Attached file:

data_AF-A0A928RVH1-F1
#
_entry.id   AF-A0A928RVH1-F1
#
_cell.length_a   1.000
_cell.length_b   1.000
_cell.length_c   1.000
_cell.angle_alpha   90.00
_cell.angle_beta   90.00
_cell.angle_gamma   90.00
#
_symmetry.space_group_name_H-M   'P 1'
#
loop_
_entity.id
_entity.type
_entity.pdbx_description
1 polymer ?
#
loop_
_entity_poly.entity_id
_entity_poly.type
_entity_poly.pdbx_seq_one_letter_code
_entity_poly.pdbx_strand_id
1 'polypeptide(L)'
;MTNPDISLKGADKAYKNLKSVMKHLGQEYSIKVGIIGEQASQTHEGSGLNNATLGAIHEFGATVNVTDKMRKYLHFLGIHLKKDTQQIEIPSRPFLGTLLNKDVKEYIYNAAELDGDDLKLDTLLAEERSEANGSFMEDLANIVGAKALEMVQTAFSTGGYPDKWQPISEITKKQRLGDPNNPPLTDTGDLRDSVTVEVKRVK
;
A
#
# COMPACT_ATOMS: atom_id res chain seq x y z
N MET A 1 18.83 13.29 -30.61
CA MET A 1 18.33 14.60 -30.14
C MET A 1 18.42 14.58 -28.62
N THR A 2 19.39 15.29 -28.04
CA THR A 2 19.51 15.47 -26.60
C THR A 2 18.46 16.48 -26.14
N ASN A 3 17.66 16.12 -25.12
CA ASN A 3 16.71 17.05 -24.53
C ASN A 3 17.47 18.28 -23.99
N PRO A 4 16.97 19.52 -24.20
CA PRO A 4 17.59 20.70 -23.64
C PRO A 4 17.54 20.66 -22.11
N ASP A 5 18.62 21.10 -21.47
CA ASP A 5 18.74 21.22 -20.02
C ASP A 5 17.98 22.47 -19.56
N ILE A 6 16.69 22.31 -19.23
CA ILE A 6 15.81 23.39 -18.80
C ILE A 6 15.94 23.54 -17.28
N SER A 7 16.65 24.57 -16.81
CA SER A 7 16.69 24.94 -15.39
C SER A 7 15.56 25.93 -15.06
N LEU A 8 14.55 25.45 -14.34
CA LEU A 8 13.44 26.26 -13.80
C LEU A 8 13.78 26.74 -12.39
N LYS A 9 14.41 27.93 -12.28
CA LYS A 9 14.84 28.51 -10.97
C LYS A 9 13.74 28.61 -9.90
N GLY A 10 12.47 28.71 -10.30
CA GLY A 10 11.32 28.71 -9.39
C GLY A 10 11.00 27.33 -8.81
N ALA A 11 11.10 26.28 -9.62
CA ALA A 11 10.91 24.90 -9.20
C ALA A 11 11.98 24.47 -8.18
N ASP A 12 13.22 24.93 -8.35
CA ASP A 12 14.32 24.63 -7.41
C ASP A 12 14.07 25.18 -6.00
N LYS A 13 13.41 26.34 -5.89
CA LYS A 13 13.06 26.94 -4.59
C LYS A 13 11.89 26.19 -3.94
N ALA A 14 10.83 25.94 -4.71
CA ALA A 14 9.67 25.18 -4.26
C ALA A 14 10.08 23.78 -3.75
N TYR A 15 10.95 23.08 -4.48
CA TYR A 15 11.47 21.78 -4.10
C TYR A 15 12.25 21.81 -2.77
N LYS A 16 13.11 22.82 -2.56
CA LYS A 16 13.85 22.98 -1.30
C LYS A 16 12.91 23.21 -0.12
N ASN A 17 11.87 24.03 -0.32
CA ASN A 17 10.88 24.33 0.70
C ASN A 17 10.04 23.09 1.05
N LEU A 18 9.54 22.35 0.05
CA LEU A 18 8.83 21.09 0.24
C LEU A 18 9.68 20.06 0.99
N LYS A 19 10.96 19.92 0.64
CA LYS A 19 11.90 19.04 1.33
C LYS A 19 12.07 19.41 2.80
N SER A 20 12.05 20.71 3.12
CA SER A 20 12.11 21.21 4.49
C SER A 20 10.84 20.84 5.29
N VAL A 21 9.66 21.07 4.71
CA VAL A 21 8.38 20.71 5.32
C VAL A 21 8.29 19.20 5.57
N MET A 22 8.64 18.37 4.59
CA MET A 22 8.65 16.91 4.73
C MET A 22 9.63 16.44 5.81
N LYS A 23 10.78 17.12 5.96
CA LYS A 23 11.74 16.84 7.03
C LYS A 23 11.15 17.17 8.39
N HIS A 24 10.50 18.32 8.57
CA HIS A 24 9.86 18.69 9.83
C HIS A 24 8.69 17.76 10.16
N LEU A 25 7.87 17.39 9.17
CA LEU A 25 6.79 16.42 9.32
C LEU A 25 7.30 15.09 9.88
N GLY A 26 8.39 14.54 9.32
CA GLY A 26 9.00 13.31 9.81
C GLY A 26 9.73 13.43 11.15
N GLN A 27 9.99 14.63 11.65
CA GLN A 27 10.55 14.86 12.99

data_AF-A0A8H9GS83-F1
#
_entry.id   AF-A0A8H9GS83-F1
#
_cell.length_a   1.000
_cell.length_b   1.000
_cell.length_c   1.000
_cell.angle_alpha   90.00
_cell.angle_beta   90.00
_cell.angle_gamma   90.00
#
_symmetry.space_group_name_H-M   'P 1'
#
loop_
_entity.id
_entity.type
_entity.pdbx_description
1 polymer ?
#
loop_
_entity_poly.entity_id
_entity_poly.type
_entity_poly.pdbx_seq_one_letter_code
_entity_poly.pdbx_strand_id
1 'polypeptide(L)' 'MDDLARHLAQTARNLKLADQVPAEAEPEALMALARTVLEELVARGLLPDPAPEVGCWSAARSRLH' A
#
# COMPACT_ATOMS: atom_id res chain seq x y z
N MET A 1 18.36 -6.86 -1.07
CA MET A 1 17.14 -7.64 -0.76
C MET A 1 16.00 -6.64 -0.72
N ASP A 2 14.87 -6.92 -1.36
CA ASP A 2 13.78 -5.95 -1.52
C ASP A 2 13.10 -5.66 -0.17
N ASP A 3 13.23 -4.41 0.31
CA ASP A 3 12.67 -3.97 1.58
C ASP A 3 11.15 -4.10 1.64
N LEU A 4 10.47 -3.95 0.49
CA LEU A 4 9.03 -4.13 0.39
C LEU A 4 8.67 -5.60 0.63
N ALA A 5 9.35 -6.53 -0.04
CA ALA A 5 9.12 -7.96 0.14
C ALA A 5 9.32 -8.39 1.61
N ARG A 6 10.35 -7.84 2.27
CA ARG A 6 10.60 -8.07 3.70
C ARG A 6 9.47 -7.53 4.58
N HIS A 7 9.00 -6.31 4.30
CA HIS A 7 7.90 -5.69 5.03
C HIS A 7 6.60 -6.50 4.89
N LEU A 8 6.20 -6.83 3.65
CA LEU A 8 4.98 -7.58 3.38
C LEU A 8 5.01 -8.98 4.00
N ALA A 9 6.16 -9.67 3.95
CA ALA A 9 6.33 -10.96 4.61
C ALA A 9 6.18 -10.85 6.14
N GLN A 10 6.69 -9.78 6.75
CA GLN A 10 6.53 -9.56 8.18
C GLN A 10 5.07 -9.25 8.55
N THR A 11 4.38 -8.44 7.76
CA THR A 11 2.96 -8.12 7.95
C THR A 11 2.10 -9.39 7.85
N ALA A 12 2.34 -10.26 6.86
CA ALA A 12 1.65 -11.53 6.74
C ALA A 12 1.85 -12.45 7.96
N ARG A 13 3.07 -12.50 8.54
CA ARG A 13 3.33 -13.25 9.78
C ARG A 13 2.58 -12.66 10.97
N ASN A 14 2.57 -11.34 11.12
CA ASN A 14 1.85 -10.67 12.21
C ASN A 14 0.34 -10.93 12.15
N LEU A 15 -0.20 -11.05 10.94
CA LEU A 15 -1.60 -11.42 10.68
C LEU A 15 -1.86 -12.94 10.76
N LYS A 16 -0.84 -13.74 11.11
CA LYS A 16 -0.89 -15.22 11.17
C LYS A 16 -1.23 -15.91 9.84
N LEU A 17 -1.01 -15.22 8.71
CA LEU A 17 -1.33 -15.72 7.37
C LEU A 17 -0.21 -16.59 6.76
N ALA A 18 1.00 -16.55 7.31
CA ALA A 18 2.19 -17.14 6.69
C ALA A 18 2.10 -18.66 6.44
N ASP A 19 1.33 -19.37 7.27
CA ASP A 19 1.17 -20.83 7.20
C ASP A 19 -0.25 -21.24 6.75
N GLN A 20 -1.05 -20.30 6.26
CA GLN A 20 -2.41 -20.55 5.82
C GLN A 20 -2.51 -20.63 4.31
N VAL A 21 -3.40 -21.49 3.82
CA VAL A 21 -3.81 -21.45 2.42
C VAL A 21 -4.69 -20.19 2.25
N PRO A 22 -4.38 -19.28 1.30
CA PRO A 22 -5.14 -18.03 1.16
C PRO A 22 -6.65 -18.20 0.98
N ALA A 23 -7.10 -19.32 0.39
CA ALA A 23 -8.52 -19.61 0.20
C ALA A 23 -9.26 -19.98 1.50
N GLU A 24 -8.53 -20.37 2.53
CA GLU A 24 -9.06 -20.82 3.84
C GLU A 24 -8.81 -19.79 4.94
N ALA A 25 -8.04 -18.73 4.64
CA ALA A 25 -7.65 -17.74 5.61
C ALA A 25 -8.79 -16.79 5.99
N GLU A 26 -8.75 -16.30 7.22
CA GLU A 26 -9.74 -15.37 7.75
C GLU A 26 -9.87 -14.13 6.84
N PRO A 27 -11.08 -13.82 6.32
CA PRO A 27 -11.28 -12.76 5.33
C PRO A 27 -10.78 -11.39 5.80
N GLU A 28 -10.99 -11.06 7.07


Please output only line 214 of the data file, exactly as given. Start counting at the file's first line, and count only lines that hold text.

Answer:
CA GLU A 26 -9.74 -15.37 7.75